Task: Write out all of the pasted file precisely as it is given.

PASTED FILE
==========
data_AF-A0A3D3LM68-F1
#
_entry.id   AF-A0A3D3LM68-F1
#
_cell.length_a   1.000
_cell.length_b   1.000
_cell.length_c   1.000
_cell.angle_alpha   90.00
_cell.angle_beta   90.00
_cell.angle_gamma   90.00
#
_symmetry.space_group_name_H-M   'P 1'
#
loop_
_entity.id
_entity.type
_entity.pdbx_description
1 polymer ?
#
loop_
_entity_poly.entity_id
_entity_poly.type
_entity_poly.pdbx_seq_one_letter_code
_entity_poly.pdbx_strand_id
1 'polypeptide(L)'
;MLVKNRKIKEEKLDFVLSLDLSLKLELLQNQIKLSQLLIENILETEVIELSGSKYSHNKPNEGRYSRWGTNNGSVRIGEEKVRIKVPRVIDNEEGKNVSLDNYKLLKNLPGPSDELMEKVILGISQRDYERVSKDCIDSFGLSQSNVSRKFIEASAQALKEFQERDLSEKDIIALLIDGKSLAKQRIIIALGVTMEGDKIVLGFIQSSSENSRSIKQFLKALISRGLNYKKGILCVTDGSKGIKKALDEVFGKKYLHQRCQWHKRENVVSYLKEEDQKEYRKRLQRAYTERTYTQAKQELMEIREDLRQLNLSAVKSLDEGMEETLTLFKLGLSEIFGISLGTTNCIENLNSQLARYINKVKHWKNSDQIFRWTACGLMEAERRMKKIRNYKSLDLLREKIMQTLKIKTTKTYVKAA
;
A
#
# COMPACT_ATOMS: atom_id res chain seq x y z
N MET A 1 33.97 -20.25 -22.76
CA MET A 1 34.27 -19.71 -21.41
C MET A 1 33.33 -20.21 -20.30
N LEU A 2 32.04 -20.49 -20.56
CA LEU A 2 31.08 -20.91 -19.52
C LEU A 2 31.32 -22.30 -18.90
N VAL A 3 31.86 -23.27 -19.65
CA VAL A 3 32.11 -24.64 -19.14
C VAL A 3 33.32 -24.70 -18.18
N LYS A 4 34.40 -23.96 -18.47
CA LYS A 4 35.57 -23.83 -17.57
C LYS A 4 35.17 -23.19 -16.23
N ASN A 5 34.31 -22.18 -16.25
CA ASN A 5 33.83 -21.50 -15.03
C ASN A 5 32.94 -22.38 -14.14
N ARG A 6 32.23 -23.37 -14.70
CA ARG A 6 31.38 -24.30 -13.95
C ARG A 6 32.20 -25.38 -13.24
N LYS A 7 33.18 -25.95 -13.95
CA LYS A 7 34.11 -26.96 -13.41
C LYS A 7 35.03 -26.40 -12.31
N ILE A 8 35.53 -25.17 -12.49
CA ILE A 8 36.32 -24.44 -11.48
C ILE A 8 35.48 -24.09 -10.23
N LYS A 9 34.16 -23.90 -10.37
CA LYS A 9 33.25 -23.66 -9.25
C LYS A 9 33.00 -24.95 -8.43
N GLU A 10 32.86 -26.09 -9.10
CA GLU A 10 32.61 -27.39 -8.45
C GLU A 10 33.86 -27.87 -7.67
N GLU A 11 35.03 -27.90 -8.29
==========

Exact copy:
data_AF-A0A3D3LM68-F1
#
_entry.id   AF-A0A3D3LM68-F1
#
_cell.length_a   1.000
_cell.length_b   1.000
_cell.length_c   1.000
_cell.angle_alpha   90.00
_cell.angle_beta   90.00
_cell.angle_gamma   90.00
#
_symmetry.space_group_name_H-M   'P 1'
#
loop_
_entity.id
_entity.type
_entity.pdbx_description
1 polymer ?
#
loop_
_entity_poly.entity_id
_entity_poly.type
_entity_poly.pdbx_seq_one_letter_code
_entity_poly.pdbx_strand_id
1 'polypeptide(L)'
;MLVKNRKIKEEKLDFVLSLDLSLKLELLQNQIKLSQLLIENILETEVIELSGSKYSHNKPNEGRYSRWGTNNGSVRIGEEKVRIKVPRVIDNEEGKNVSLDNYKLLKNLPGPSDELMEKVILGISQRDYERVSKDCIDSFGLSQSNVSRKFIEASAQALKEFQERDLSEKDIIALLIDGKSLAKQRIIIALGVTMEGDKIVLGFIQSSSENSRSIKQFLKALISRGLNYKKGILCVTDGSKGIKKALDEVFGKKYLHQRCQWHKRENVVSYLKEEDQKEYRKRLQRAYTERTYTQAKQELMEIREDLRQLNLSAVKSLDEGMEETLTLFKLGLSEIFGISLGTTNCIENLNSQLARYINKVKHWKNSDQIFRWTACGLMEAERRMKKIRNYKSLDLLREKIMQTLKIKTTKTYVKAA
;
A
#
# COMPACT_ATOMS: atom_id res chain seq x y z
N MET A 1 33.97 -20.25 -22.76
CA MET A 1 34.27 -19.71 -21.41
C MET A 1 33.33 -20.21 -20.30
N LEU A 2 32.04 -20.49 -20.56
CA LEU A 2 31.08 -20.91 -19.52
C LEU A 2 31.32 -22.30 -18.90
N VAL A 3 31.86 -23.27 -19.65
CA VAL A 3 32.11 -24.64 -19.14
C VAL A 3 33.32 -24.70 -18.18
N LYS A 4 34.40 -23.96 -18.47
CA LYS A 4 35.57 -23.83 -17.57
C LYS A 4 35.17 -23.19 -16.23
N ASN A 5 34.31 -22.18 -16.25
CA ASN A 5 33.83 -21.50 -15.03
C ASN A 5 32.94 -22.38 -14.14
N ARG A 6 32.23 -23.37 -14.70
CA ARG A 6 31.38 -24.30 -13.95
C ARG A 6 32.20 -25.38 -13.24
N LYS A 7 33.18 -25.95 -13.95
CA LYS A 7 34.11 -26.96 -13.41
C LYS A 7 35.03 -26.40 -12.31
N ILE A 8 35.53 -25.17 -12.49
CA ILE A 8 36.32 -24.44 -11.48
C ILE A 8 35.48 -24.09 -10.23
N LYS A 9 34.16 -23.90 -10.37
CA LYS A 9 33.25 -23.66 -9.25
C LYS A 9 33.00 -24.95 -8.43
N GLU A 10 32.86 -26.09 -9.10
CA GLU A 10 32.61 -27.39 -8.45
C GLU A 10 33.86 -27.87 -7.67
N GLU A 11 35.03 -27.90 -8.29